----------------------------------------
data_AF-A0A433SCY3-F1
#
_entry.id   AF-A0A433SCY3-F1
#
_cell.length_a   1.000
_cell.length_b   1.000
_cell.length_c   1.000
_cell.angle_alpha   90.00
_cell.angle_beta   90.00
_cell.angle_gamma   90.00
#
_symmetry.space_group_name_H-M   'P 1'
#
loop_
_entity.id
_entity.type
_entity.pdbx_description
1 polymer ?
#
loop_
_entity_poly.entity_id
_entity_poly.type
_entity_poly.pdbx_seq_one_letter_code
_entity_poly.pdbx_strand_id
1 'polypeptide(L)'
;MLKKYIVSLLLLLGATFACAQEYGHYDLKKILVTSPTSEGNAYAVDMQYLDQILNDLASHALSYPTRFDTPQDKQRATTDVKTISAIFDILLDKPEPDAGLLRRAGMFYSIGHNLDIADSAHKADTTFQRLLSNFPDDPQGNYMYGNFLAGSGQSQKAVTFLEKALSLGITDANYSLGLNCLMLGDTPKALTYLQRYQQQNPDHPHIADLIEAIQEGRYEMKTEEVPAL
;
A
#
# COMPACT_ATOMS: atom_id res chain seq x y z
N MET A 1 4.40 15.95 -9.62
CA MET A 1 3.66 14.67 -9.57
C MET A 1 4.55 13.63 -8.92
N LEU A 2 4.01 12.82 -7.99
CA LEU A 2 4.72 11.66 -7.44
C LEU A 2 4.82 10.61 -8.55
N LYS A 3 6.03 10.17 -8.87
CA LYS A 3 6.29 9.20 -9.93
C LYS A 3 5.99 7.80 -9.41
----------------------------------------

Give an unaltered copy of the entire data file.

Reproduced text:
data_AF-A0A433SCY3-F1
#
_entry.id   AF-A0A433SCY3-F1
#
_cell.length_a   1.000
_cell.length_b   1.000
_cell.length_c   1.000
_cell.angle_alpha   90.00
_cell.angle_beta   90.00
_cell.angle_gamma   90.00
#
_symmetry.space_group_name_H-M   'P 1'
#
loop_
_entity.id
_entity.type
_entity.pdbx_description
1 polymer ?
#
loop_
_entity_poly.entity_id
_entity_poly.type
_entity_poly.pdbx_seq_one_letter_code
_entity_poly.pdbx_strand_id
1 'polypeptide(L)'
;MLKKYIVSLLLLLGATFACAQEYGHYDLKKILVTSPTSEGNAYAVDMQYLDQILNDLASHALSYPTRFDTPQDKQRATTDVKTISAIFDILLDKPEPDAGLLRRAGMFYSIGHNLDIADSAHKADTTFQRLLSNFPDDPQGNYMYGNFLAGSGQSQKAVTFLEKALSLGITDANYSLGLNCLMLGDTPKALTYLQRYQQQNPDHPHIADLIEAIQEGRYEMKTEEVPAL
;
A
#
# COMPACT_ATOMS: atom_id res chain seq x y z
N MET A 1 4.40 15.95 -9.62
CA MET A 1 3.66 14.67 -9.57
C MET A 1 4.55 13.63 -8.92
N LEU A 2 4.01 12.82 -7.99
CA LEU A 2 4.72 11.66 -7.44
C LEU A 2 4.82 10.61 -8.55
N LYS A 3 6.03 10.17 -8.87
CA LYS A 3 6.29 9.20 -9.93
C LYS A 3 5.99 7.80 -9.41